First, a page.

This excitement carried into Spring 1993, when Beta Beta chapter at Miami University of Ohio was formed. An excited group of men gathered together and quickly grew to be as solid as any chapter. In the fall of 1993, Delta chapter at Mt. Union put together its first pledge class in almost five years. Led by an alumnus of Epsilon chapter, who had been teaching at Mount Union College, these men revived the Delta chapter just weeks before the National Fraternity was to absorb their charter and assets.

The fraternity didn't see National Growth again until 1998, when on January 31, the Beta Gamma chapter was initiated at the University of Cincinnati. Thus began a substantial period of National Growth that continues today. Spring Conclave 1999 saw the formal initiation of a group of men from Our Lady of the Lake University in San Antonio, Texas as Beta Delta chapter. This group of men would mark themselves as one of the most active chapters in the Nation.

At the 2000 Spring Conclave, a group of men from Bradley University in Peoria, Illinois pledged as a temporary club. These same men were formally initiated as Beta Epsilon chapter at The English Chapel at Ohio Northern University during the East Regional Fall Gathering on October 21, 2000.

At the West Regional Fall Gathering at Oklahoma City University, Oklahoma City, Oklahoma, a group of men from Northeastern State University in Tahlequah, Oklahoma were formally initiated as the Beta Zeta chapter on October 26, 2002. Their road to establishing a chapter was a rocky one to say the least, but their persistence prevailed.

On April 5, 2003, the Beta Eta chapter was formally initiated at Spring Conclave in St. Louis, Missouri. These men from West Virginia University were blessed to have pledged under the supervision of the sitting National President, Chad Burdette, while he was completing graduate studies there.

The addition of the Beta Kappa chapter brought the number of chapters nationally to eleven. This was the highest number seen since the 1960s.

A period of growth ceased, and as of August 2022 there appears to be a single active chapter, at Our Lady of the Lake University; the other chapters of the fraternity are dormant.

Chapters

Chapters of Sigma Theta Epsilon include the following. Active chapters noted in bold, inactive chapters noted in italics. [1]

AlphaIowa State University, 1925–1967
Beta - University of Nebraska, 1925–1965
GammaUniversity of South Dakota, 1925–1960
DeltaUniversity of Minnesota, 1925–1951 [a]
EpsilonUniversity of Iowa, 1927–1941
ZetaUniversity of California, Berkeley, 1928–1931
EtaUniversity of Northern Iowa, 1929–1962, 1966–1971
ThetaOhio University 1931-43, 1945–1972
IotaUniversity of Wyoming, 1931–1934
KappaOhio State University, 1934–1968
LambdaKansas State University, 1936–1943, 1952–1965
MuWest Virginia University, 1938–1970
NuOklahoma State University, 1939–1971
XiIndiana University, 1936–1957
OmicronMiami University, 1937–1962
PiBowling Green State University, 1937–1942, 1952–1958, 1960–1962
RhoFort Hays State University, 1948–1959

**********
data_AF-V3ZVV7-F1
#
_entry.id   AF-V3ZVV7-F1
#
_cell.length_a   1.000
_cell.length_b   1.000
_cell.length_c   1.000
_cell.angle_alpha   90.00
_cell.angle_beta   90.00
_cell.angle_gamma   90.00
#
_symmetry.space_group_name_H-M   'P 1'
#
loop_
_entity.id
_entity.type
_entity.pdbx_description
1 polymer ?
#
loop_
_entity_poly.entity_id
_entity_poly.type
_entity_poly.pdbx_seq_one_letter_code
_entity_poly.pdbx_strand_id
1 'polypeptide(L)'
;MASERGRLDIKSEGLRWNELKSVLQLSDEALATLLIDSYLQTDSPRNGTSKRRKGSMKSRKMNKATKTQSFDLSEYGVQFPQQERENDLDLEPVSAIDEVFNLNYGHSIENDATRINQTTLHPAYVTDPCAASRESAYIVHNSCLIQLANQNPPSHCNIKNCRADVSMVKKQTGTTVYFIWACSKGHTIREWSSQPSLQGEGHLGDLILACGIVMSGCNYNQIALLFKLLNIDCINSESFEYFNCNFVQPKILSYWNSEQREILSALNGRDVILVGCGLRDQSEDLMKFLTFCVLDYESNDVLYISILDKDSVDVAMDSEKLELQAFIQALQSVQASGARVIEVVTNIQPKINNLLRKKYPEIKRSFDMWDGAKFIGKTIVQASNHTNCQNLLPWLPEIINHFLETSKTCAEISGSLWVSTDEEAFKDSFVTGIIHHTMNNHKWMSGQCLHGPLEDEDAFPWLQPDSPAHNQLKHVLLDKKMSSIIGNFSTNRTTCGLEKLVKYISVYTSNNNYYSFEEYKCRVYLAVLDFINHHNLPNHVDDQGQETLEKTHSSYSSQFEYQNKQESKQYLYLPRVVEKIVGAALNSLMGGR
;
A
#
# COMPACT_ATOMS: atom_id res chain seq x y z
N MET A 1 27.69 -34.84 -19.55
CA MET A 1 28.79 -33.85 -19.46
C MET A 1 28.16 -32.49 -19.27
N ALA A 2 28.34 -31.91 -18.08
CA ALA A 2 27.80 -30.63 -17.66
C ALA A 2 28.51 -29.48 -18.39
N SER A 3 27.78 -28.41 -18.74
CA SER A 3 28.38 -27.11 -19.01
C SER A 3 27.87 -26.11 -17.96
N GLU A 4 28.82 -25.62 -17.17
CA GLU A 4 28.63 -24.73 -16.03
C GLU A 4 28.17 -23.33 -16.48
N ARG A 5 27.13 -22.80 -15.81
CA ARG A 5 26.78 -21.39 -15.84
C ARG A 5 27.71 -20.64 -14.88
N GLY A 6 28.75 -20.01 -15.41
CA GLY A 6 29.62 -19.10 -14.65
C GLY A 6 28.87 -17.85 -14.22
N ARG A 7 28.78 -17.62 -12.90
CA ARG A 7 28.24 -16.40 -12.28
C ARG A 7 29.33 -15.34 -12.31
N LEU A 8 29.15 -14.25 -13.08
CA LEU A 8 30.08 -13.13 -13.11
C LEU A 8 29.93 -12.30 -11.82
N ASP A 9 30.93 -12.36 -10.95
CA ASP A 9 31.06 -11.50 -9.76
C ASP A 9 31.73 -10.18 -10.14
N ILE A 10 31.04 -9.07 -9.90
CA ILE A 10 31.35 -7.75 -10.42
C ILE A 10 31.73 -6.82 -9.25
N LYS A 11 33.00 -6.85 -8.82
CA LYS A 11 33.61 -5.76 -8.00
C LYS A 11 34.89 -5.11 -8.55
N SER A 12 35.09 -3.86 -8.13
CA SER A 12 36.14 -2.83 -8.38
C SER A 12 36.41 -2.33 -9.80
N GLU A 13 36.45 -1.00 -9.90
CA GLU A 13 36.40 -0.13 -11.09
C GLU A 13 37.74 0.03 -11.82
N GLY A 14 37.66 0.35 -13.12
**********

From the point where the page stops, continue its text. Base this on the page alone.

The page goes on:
SigmaKent State University, 1948–1971
TauUniversity of Oklahoma, 1949–1968
UpsilonUniversity of Nebraska at Kearney, 1950–1953
PhiUniversity of Michigan, 1950–1953
Epsilon (2)Oklahoma City University, 1950–1954
Zeta (2)University of Wisconsin–Stevens Point, 1952–1954,
ChiPittsburg State University, 1952–1953, 1960–1968
Iota (2)University of Iowa, 1954–1960
PsiSouthwestern Oklahoma State University, 1955–1957
Omega – Unassigned. Memorial chapter?
Alpha AlphaMichigan State University, 1956–1962
Alpha BetaWestern Michigan University, 1956–1974
Alpha GammaWest Virginia Wesleyan College, 1957–2012
Alpha DeltaPennsylvania State University, 1958–1965, 1967–1970
Alpha EpsilonAmerican University, 1960–1969
Alpha ZetaCentral Michigan University, 1961–1963, 1966–1971
Gamma (2)Mansfield University, 1967–1971
Beta (2)Lane College, 1974–1975
Alpha chapter of OhioOhio Northern University 1975–2021
Eta (2)Northern Illinois University, 1976–1977
Delta (2)Mount Union College, 1969-1975, 1980–1987, 1994-2011
Beta AlphaOklahoma City University, 1988–2003
Beta BetaMiami University, 1993–2008
Beta GammaUniversity of Cincinnati, 1998–2011
Alpha chapter of Texas, Our Lady of the Lake University, 1999 [b][1]
Beta EpsilonBradley University, 2000–2012
Beta ZetaNortheastern State University, 2002–2015
Beta EtaWest Virginia University, 2002-2011
Beta ThetaOhio University, 2003–2006, 2009-2010
Beta IotaIllinois Wesleyan University, 2004–2006
Beta KappaMissouri Valley College, 2006–2007

Notes

  1. ^ This was originally a chapter of Phi Tau Theta. Once dormant, its name appears to have been re-used for the later Mount Union College chapter.
  2. ^ Was this chapter originally the Beta Delta chapter, and renamed for simplicity?

References

  1. ^ a b William Raimond Baird; Carroll Lurding (eds.). "Almanac of Fraternities and Sororities (Baird's Manual Online Archive)". Student Life and Culture Archives. University of Illinois: University of Illinois Archives. Retrieved 1 March 2022. The main archive URL is The Baird's Manual Online Archive homepage.